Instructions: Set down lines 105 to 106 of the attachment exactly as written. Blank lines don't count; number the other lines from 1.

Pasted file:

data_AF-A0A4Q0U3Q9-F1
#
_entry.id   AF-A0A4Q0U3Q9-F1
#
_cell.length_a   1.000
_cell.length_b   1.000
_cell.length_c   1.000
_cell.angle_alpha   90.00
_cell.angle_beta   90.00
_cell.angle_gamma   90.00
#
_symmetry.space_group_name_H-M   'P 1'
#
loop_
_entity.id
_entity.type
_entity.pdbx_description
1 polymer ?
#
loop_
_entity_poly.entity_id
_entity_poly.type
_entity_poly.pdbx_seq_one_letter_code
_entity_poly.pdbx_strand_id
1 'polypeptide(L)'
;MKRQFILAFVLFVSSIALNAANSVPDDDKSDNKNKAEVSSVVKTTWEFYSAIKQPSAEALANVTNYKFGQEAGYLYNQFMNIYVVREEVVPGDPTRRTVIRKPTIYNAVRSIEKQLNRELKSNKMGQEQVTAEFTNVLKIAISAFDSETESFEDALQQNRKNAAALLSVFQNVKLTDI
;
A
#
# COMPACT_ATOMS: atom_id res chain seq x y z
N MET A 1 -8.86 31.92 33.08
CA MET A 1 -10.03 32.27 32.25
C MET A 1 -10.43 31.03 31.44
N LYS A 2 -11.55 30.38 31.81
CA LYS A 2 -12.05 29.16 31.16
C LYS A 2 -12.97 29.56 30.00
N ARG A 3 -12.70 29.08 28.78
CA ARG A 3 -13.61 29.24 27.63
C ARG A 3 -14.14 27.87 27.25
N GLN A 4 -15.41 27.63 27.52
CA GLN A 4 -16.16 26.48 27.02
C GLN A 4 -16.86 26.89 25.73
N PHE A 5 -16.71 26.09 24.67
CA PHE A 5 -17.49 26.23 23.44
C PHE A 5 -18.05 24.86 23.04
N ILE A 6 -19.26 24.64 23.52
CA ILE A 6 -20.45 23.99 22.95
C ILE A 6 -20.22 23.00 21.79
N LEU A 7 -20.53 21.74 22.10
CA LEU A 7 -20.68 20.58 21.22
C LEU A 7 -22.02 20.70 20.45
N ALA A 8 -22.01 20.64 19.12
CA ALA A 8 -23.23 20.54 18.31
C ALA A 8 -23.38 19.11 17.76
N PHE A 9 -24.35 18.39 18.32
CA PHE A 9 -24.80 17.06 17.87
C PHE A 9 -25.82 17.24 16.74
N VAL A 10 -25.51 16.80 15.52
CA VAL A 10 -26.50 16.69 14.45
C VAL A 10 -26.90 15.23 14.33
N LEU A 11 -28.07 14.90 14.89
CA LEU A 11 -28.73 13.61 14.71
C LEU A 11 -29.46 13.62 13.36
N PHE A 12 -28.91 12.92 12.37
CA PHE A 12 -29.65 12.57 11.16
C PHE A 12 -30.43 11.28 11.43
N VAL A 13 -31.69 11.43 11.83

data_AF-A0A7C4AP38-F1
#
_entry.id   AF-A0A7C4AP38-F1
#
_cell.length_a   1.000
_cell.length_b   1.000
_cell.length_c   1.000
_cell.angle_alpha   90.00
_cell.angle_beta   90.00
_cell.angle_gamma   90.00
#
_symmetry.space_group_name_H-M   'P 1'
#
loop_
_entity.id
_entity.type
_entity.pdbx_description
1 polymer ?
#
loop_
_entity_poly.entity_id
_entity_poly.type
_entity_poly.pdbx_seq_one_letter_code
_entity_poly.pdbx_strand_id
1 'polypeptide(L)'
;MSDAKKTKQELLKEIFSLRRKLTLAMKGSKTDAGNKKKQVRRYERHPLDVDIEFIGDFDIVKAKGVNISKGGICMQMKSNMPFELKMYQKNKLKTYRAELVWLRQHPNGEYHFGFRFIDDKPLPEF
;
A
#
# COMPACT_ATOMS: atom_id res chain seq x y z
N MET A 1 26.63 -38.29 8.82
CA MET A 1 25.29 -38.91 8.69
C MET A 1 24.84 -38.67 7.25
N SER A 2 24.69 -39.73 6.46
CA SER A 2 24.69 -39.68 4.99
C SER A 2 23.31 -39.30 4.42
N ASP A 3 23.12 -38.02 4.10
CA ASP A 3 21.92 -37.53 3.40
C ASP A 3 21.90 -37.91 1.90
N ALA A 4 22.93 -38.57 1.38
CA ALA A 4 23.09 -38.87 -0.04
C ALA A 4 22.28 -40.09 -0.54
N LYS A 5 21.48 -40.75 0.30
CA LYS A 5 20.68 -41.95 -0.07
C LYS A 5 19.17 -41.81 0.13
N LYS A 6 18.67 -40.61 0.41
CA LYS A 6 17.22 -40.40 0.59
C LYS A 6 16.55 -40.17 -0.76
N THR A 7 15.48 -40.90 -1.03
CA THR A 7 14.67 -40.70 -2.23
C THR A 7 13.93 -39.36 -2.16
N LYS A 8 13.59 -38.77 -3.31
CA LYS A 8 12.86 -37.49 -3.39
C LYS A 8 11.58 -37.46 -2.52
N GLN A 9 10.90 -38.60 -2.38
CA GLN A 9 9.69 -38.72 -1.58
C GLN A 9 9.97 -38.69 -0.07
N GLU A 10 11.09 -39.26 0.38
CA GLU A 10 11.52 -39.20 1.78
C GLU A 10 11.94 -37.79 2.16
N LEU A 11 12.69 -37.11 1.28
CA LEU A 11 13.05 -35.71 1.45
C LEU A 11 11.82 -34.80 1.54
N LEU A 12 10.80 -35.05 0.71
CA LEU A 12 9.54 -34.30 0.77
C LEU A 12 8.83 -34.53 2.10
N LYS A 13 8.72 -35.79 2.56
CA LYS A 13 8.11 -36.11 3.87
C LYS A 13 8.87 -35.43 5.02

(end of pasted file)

CA ASP A 3 21.92 -37.53 3.40
C ASP A 3 21.90 -37.91 1.90